Imagine what a society might be if the people who made up that society could enter into constructive conversations rather than the destructive debates that happen most often?
This is certainly not a new idea. Many of us have asked this very question as we have encountered instances of people attacking one another to establish their viewpoint as the "right" viewpoint. We have asked this question as we have witnessed physical altercations erupt out of arguments over divisive issues.
As people with particular values and beliefs, backgrounds and experiences, difference is inevitable; however, this need not be a basis for disharmony. Rather, when we encounter someone who is different than us, it can be an opportunity to expand our thinking beyond what we hold as "truth" and to seek insight into the truths of others. Much of the bickering and threatening language that arises from destructive debates on issues of difference is rooted in our biases and unwillingness to listen.
The goal of a society that would seek to enter into constructive discussions would not be to reach mutual agreement. Agreement is not a requirement to achieve a harmonious society or environment. Respect is. The goal, then, would be to have the people of that society learn how to listen to one another for the purpose of gaining insight into the multiplicity and uniqueness of others. This goal is important because ultimately we are not changed by experiencing likeness. Experiencing likeness only confirms our current way of being and thinking. On the other hand, where we encounter difference and where respect and genuine curiosity guides this encounter, what can emerge is an experience in which we are expanded-changed.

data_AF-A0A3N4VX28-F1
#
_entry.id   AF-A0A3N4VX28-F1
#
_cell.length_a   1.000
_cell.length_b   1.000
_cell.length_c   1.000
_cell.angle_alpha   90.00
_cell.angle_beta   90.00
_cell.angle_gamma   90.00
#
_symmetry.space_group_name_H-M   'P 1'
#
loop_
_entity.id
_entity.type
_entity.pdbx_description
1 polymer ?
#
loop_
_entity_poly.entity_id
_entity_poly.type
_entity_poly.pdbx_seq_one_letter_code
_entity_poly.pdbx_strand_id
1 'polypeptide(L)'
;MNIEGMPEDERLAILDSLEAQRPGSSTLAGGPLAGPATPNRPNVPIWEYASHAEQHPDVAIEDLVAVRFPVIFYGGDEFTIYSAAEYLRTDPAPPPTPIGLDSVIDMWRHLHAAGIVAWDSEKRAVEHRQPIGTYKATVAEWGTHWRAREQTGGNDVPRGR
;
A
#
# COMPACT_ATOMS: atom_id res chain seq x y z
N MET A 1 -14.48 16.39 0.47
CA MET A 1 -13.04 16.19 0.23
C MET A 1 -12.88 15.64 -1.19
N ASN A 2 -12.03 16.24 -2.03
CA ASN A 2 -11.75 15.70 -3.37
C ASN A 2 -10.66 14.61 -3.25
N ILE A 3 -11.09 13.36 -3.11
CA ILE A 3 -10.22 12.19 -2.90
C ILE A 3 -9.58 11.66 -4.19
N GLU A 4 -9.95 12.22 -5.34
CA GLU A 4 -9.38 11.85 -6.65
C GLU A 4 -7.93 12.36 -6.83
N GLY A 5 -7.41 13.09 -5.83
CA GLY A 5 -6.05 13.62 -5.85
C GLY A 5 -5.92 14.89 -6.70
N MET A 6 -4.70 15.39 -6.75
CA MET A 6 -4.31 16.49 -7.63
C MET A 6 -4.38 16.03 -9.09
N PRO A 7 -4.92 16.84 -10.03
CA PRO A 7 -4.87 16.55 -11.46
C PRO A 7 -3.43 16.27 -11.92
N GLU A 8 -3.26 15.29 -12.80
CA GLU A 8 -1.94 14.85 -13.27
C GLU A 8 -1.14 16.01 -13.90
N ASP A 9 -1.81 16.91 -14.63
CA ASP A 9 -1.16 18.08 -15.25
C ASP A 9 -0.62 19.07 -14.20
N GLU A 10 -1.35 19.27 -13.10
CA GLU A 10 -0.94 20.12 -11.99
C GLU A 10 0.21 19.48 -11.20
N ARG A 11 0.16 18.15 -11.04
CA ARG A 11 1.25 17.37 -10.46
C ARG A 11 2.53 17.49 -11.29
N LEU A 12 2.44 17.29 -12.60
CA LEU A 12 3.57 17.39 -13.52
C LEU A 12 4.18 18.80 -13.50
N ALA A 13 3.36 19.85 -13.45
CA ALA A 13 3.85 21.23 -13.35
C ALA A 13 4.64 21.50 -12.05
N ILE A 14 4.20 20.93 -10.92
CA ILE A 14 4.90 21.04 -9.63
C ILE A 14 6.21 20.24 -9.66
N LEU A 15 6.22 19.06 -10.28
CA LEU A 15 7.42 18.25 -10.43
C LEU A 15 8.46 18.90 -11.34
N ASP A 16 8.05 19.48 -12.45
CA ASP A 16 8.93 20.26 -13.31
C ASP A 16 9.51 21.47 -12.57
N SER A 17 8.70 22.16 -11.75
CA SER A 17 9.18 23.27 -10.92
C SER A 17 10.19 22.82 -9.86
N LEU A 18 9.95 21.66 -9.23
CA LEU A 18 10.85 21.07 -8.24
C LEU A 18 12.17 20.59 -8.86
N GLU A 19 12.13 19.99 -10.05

Why are we afraid of such change? My thought is that perhaps people erroneously believe that to be expanded or to change in the way as described above means that they somehow have to stop being who they are. Our sets of experiences, our backgrounds, our values, and beliefs all come together to make us who we are and shapes how we see the world around us. We can never not be who we are, but we are expanded as individuals when "who we are" does not hinder our ability to have thoughtful and respectful discussions with others whose personal experiences, backgrounds, values, and beliefs differ. We are expanded as individuals when we can open our minds to the realities of others that have shaped their perspectives or viewpoints. This kind of expansion of thought creates room, in a firmly divided community or society, for multiplicity of ideas and ways of being.
Whenever we encounter difference and choose to operate in a spirit of respect and openness, we allow also for reflection of our own positions and points of view. When we share about who we are, how we see the world based on our personal experiences, suddenly we cease being merely on this side or that one, for this or against that, but we become human in that we can see the multicolored aspects of our experiences -- not just black and white.
I imagine a rainbow society.
Contact columnist LaTonya Dunn at firstname.lastname@example.org.